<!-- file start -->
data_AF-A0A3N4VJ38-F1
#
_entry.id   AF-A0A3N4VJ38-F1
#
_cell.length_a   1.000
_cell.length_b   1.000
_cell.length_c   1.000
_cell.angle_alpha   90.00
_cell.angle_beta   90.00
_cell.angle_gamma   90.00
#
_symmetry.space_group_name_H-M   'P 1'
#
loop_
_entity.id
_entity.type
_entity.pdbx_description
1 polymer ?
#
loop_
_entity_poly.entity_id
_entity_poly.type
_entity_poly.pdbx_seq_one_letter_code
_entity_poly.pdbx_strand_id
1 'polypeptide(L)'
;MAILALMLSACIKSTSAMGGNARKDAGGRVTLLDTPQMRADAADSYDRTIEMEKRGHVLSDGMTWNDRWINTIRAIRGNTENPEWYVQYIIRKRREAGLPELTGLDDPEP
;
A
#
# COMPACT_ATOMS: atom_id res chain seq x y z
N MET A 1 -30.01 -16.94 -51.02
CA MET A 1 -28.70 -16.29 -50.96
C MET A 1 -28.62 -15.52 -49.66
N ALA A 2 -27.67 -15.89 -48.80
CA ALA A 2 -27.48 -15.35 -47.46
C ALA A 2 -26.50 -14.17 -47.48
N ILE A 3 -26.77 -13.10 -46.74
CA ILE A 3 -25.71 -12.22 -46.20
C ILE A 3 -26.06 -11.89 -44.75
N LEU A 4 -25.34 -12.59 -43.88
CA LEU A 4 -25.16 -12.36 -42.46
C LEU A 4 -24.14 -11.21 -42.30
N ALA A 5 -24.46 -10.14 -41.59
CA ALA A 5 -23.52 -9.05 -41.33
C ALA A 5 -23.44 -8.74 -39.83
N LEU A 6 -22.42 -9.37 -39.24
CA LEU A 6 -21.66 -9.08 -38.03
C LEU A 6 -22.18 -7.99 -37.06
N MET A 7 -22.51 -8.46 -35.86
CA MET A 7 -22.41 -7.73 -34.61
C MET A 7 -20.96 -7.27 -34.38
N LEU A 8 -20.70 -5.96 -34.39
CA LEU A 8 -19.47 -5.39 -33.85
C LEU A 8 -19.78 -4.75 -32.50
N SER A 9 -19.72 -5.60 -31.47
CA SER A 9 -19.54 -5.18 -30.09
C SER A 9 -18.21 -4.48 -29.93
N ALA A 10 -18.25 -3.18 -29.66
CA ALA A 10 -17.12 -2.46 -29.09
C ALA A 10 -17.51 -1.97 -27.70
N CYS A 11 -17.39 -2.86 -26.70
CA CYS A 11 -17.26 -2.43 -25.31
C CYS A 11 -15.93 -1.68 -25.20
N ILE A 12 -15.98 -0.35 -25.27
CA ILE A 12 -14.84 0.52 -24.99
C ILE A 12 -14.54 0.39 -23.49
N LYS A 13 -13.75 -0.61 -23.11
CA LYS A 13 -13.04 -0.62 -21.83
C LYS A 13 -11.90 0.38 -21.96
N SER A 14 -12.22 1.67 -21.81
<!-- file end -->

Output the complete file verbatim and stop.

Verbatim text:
data_AF-A0A3N4VJ38-F1
#
_entry.id   AF-A0A3N4VJ38-F1
#
_cell.length_a   1.000
_cell.length_b   1.000
_cell.length_c   1.000
_cell.angle_alpha   90.00
_cell.angle_beta   90.00
_cell.angle_gamma   90.00
#
_symmetry.space_group_name_H-M   'P 1'
#
loop_
_entity.id
_entity.type
_entity.pdbx_description
1 polymer ?
#
loop_
_entity_poly.entity_id
_entity_poly.type
_entity_poly.pdbx_seq_one_letter_code
_entity_poly.pdbx_strand_id
1 'polypeptide(L)'
;MAILALMLSACIKSTSAMGGNARKDAGGRVTLLDTPQMRADAADSYDRTIEMEKRGHVLSDGMTWNDRWINTIRAIRGNTENPEWYVQYIIRKRREAGLPELTGLDDPEP
;
A
#
# COMPACT_ATOMS: atom_id res chain seq x y z
N MET A 1 -30.01 -16.94 -51.02
CA MET A 1 -28.70 -16.29 -50.96
C MET A 1 -28.62 -15.52 -49.66
N ALA A 2 -27.67 -15.89 -48.80
CA ALA A 2 -27.48 -15.35 -47.46
C ALA A 2 -26.50 -14.17 -47.48
N ILE A 3 -26.77 -13.10 -46.74
CA ILE A 3 -25.71 -12.22 -46.20
C ILE A 3 -26.06 -11.89 -44.75
N LEU A 4 -25.34 -12.59 -43.88
CA LEU A 4 -25.16 -12.36 -42.46
C LEU A 4 -24.14 -11.21 -42.30
N ALA A 5 -24.46 -10.14 -41.59
CA ALA A 5 -23.52 -9.05 -41.33
C ALA A 5 -23.44 -8.74 -39.83
N LEU A 6 -22.42 -9.37 -39.24
CA LEU A 6 -21.66 -9.08 -38.03
C LEU A 6 -22.18 -7.99 -37.06
N MET A 7 -22.51 -8.46 -35.86
CA MET A 7 -22.41 -7.73 -34.61
C MET A 7 -20.96 -7.27 -34.38
N LEU A 8 -20.70 -5.96 -34.39
CA LEU A 8 -19.47 -5.39 -33.85
C LEU A 8 -19.78 -4.75 -32.50
N SER A 9 -19.72 -5.60 -31.47
CA SER A 9 -19.54 -5.18 -30.09
C SER A 9 -18.21 -4.48 -29.93
N ALA A 10 -18.25 -3.18 -29.66
CA ALA A 10 -17.12 -2.46 -29.09
C ALA A 10 -17.51 -1.97 -27.70
N CYS A 11 -17.39 -2.86 -26.70
CA CYS A 11 -17.26 -2.43 -25.31
C CYS A 11 -15.93 -1.68 -25.20
N ILE A 12 -15.98 -0.35 -25.27
CA ILE A 12 -14.84 0.52 -24.99
C ILE A 12 -14.54 0.39 -23.49
N LYS A 13 -13.75 -0.61 -23.11
CA LYS A 13 -13.04 -0.62 -21.83
C LYS A 13 -11.90 0.38 -21.96
N SER A 14 -12.22 1.67 -21.81